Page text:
Music

Ryan Keberle and Catharsis: Find the Common, Shine a Light

Publicity photo via Bandcamp

The trombonist's superb quintet is now both more political and more lush in arrangement. One of the music's best bands just got better.


Ryan Keberle and Catharsis

Find the Common, Shine a Light

Label: Greenleaf
US Release Date: 2017-06-16
UK Release Date: 2016-06-16
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Find the Common, Shine a Light, trombonist Ryan Keberle's fourth recording with his band, Catharsis, is a web of melody, assertion, and texture. This is the group’s most lush and complex set of arrangements -- and possibly the bands’s most easy-to-love outing -- yet, and the impact of the music has been amplified by the layers that make it so lovely.

This is a protest album, a reaction to the politics of the United States in 2017, but leavened with optimism. Both lyrically and melodically, the songs surge toward hope more than despair. “Become the Water” begins with a set of beguiling chords on Fender Rhodes that are cushioned by the band’s trademark orchestration of trombone, trumpet (courtesy of Mike Rodriguez) and wordless vocal (courtesy of Camila Meza). When Meza does provide lyrics, they allude to a famous Bruce Lee quote (“Be the water”) and to a famous David Foster Wallace graduation speech (“This is water”), both of which argued for more compassion and selflessness. “Our weakest link is fear of losing greatness”, she sings, asking why we can’t find common ground and “put out the fire”.

Another hopeful yet topical and on-point song is “Al Otro Lado del Rio” (by Jorge Drexler and known to folks in the U.S. for its use in the film The Motorcycle Diaries), which narrates a hopeful journey rowing across a river. Lyrics like “I think I have seen a light across the river” evoke immigration to the United States, perhaps, but they also echo in sync with the title of the album.

Other songs with lyrics are more pointed, perhaps, though they aim at a target only indirectly. The band's take on the Beatles’ “Fool on a Hill” astonishingly and subtly recasts its harmonies so that we hear it anew. They also reimagine Dylan’s “The Times They are A-Changin’” as a quizzical chamber-jazz song that acts as a warning: get up on your game now, people, because this moment matters! “Come senators, congressman / Please heed the call”, Meza sings gently but with the band rising and gathering behind her voice. The last song with a set of lyrics is a cover of “I Am a Stranger” by The Welcome Wagon, a gospel-ish indie band from Brooklyn. It's a tune in looping 5/4 and narrated by a person who is “cold and dark within” and who admits, “From what I hate / I can’t refrain”.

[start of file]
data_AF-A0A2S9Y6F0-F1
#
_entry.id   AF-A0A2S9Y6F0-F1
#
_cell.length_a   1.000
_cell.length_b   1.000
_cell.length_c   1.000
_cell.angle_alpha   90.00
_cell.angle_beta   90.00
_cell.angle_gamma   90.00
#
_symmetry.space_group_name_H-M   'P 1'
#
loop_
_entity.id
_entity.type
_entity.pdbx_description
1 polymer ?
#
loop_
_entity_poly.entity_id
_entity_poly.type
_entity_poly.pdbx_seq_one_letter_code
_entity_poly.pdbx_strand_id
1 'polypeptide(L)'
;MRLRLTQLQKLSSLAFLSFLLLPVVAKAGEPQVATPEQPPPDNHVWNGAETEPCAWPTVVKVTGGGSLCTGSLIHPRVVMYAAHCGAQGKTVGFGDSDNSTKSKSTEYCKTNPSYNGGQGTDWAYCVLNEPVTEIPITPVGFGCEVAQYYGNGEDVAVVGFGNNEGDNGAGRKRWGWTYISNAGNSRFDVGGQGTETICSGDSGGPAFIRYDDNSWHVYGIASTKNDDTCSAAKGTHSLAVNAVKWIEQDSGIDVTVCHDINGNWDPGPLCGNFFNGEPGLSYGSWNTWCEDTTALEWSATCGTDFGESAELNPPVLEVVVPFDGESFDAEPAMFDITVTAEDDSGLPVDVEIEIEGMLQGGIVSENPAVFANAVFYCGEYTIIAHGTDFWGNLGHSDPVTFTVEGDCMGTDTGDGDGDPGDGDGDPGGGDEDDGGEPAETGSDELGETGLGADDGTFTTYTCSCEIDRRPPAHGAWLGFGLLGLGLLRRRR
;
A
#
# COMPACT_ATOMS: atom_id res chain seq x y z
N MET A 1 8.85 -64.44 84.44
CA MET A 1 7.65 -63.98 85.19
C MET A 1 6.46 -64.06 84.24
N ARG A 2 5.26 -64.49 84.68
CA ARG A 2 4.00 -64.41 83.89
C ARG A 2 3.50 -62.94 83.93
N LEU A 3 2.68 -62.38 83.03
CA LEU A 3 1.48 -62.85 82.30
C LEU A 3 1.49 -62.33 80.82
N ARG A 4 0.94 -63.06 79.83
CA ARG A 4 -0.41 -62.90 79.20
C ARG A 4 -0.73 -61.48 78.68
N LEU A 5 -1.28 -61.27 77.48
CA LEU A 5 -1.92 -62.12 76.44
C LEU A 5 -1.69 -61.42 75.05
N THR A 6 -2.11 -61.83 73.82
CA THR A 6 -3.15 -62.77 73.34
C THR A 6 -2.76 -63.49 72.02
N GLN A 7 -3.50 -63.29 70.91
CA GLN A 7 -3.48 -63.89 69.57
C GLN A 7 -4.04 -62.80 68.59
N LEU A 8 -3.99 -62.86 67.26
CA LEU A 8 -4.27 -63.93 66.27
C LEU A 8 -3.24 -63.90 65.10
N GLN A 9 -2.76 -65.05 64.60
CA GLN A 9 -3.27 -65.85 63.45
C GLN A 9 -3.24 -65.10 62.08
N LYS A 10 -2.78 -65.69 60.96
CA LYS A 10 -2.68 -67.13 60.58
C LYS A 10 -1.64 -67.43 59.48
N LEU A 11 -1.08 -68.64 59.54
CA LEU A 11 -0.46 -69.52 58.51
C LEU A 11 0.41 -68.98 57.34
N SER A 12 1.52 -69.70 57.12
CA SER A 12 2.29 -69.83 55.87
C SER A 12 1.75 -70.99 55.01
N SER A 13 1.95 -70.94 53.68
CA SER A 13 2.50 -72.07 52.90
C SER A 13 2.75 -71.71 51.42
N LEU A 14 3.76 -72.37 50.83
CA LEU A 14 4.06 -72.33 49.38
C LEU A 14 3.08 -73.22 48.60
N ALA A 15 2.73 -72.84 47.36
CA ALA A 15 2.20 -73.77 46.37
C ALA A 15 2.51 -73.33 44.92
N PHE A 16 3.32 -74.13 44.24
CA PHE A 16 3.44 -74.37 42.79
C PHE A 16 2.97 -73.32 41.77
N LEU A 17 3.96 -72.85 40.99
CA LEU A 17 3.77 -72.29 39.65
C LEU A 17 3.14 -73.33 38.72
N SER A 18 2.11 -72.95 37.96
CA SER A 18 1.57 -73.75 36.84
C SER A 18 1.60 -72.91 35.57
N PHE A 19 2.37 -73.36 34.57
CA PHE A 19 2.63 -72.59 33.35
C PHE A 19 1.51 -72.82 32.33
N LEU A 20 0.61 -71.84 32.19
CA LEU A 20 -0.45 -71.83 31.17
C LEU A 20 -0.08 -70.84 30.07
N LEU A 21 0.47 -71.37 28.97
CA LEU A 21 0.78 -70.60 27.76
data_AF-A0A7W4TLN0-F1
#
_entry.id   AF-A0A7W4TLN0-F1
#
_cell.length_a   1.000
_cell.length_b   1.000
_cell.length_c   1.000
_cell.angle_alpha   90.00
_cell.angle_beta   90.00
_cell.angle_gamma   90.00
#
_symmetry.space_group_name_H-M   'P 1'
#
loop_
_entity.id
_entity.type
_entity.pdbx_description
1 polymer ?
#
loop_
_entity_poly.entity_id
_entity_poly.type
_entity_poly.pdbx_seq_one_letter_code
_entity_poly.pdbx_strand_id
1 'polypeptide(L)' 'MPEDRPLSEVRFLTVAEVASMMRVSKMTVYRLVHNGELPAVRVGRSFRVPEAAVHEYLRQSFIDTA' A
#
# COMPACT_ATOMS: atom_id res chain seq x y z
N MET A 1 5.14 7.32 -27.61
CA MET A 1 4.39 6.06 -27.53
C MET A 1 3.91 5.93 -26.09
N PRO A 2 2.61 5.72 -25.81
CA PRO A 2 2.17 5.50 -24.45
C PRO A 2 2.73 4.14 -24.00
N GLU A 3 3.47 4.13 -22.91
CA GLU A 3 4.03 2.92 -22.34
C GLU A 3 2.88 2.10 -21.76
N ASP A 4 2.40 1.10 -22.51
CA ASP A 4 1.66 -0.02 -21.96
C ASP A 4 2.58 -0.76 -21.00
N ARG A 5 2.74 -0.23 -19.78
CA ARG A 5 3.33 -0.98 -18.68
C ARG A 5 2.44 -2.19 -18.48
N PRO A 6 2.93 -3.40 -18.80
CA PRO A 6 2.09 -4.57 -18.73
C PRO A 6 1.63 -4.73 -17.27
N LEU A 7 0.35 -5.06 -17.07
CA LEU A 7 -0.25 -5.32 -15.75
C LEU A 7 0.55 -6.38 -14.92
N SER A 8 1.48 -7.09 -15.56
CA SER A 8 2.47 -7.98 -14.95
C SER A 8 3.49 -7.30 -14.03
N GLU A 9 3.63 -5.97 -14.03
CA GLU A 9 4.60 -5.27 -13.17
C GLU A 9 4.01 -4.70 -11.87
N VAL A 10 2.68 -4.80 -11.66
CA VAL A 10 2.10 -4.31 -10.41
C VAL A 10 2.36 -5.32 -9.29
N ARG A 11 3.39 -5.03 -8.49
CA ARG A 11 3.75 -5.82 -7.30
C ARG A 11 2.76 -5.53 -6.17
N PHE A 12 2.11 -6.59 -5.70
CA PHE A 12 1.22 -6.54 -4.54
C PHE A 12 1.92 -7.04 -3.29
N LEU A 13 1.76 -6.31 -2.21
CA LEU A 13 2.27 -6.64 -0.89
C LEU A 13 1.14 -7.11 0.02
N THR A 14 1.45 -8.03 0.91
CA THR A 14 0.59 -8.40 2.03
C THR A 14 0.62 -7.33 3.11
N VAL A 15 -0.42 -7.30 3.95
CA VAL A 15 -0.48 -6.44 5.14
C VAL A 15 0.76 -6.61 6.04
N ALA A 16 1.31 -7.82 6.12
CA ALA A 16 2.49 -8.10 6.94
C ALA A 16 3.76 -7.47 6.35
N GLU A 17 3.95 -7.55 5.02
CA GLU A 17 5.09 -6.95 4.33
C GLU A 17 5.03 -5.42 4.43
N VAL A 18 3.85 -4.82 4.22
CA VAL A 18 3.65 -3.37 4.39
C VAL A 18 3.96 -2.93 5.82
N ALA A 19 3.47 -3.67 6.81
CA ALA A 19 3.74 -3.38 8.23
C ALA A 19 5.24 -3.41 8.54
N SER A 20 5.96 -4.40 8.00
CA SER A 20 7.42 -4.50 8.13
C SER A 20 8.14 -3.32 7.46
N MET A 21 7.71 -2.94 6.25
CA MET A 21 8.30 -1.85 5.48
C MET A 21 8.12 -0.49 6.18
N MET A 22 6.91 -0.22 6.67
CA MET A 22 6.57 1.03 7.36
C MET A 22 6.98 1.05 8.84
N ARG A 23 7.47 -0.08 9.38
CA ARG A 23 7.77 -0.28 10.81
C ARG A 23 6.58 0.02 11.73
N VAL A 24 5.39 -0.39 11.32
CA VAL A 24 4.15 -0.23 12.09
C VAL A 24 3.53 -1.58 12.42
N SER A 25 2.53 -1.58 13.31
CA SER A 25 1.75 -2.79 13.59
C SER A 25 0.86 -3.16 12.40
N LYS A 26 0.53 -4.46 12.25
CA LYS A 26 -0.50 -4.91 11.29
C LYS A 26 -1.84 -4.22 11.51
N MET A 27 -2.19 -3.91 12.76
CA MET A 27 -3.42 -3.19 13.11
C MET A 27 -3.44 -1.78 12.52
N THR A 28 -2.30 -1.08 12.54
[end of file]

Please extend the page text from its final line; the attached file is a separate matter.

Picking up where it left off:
So yes, this may be a record about President Trump.

The other half of the tunes are set without lyrics (yet Meza’s enchanting wordless singing stands as one of the lead instruments). Three of these tunes are gorgeous, brief, and controlled collective improvisations titled thematically: “Empathy”, “Mindfulness”, and “Strength”. The brief “Empathy”, for example, is the purest sound the band makes, with the three melodic lines winding around each other in tonal improvisation while the rhythm section provides minimal groove beneath the themeless acrobatics of the voices. This work is built around the Catharsis core: Eric Doob’s drums, Jorge Roeder's bass, and two brass voices in woven interplay with Meza.

For several songs, however, Keberle has added Meza’s sophisticated electric guitar, more frequent use of electric bass, and his own coloring on Rhodes and Melodica (the small keyboard you blow into, which sounds a bit like an accordion or harmonica). Additionally, the band uses more overdubbing to create layers and conversations within the arrangements. The result is a quintet that is starting to sound more like a small orchestra.

“Ancient Theory” exemplifies this expanded band. Meza sings the lead in unison with her guitar at first, while the brass pulses harmonically. She strums behind Keberle’s portion of the theme; he comps on his Melodica behind Roeder’s electric bass solo while she fills in on guitar, accompanying Rodriguez’s lyrical improvisation. When Keberle gets his turn, the guitar is supplemented by stacked, overdubbed vocal harmonies. It’s not quite Phil Spector level production, but it’s close.

A more minimal use of the extra colors characterizes “The Times They Are A-Changin’”, with a ringing Rhodes pattern interwoven with acoustic bass and guitar. Once the horns come in, the subtle accumulation of simple patterns amounts to a beautiful tension. The pairing of Rhodes and electric bass on “Become the Water” achieve a similar effect, with the additional weight of doubled vocals and overdubbed horns. It even ends on an ingenious a cappella chorale of the tune’s chorus.

Finally, Find the Common, Shine a Light is a superb album to listen to in sequence. It is a beautifully modulated program in which the more lushly orchestrated tunes are like tentpoles that boost the roof around the free improvisations. While the star of each tune tends to the astonishing melodic/harmonic interplay between Keberle and Rodriguez (which has always been Catharsis’s special sauce), this outing demonstrates how much more powerful that conversation is amidst arrangement that can lean on several different strengths at once.

Though it may be political, Find the Common, Shine a Light has reach. It moves Catharsis from an appealing band with a brilliant single idea to a group that can do just about anything. Keberle seems to know that he’s got something great in this band, so bring prepare your ears for a very good time.

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